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Re: Performance of count(*)

From: "Craig A(dot) James" <cjames(at)modgraph-usa(dot)com>
To: Tino Wildenhain <tino(at)wildenhain(dot)de>
Cc: pgsql-performance(at)postgresql(dot)org
Subject: Re: Performance of count(*)
Date: 2007-03-22 17:43:08
Message-ID: 4602C02C.2080703@modgraph-usa.com (view raw or flat)
Thread:
Lists: pgsql-performance
Tino Wildenhain wrote:
>> You guys can correct me if I'm wrong, but the key feature that's 
>> missing from Postgres's flexible indexing is the ability to maintain 
>> state across queries.  Something like this:
>>
>>  select a, b, my_index_state() from foo where ...
>>    offset 100 limit 10 using my_index(prev_my_index_state);
>>
> 
> Yes, you are wrong :-) The technique is called "CURSOR"
> if you maintain persistent connection per session
> (e.g. stand allone application or clever pooling webapplication)

That's my whole point: If relational databases had a simple mechanism for storing their internal state in an external application, the need for cursors, connection pools, and all those other tricks would be eliminated.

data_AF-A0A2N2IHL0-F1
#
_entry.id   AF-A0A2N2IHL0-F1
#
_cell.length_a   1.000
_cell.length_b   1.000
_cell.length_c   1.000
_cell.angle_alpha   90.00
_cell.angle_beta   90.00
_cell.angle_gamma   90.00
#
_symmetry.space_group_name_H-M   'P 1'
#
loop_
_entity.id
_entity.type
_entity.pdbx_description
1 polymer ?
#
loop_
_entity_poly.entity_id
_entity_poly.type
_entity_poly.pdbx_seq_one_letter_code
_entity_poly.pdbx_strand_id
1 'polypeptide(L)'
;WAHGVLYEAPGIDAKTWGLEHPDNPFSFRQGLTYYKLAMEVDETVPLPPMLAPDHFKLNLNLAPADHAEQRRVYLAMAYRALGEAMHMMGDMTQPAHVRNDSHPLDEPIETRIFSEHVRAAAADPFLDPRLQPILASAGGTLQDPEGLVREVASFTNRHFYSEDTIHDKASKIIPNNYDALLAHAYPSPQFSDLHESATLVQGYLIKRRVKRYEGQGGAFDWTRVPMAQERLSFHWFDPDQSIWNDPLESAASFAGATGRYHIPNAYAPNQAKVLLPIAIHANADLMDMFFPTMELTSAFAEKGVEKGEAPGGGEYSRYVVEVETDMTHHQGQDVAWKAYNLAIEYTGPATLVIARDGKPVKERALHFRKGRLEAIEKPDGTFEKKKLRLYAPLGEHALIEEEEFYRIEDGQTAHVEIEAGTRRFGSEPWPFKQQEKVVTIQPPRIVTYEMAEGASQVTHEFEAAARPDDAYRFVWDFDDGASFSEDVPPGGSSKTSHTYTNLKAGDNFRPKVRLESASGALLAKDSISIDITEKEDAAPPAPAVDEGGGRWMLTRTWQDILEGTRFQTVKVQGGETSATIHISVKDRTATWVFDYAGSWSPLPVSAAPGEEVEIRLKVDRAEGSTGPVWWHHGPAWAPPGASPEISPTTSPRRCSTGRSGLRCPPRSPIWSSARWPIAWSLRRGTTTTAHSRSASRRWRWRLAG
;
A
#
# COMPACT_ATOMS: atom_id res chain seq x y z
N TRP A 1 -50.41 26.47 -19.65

As I said earlier, relational technology was invented in an earlier era, and hasn't caught up with the reality of modern web apps.

> If its a naive web application you just store your session
> in tables where you can easily maintain the scroll state
> as well.

One thing I've learned in 25 years of software development is that people who use my software have problems I never imagined.  I've been the one who was naive when I said similar things about my customers, and was later embarrassed to learn that their problems were more complex than I ever imagined.

Craig

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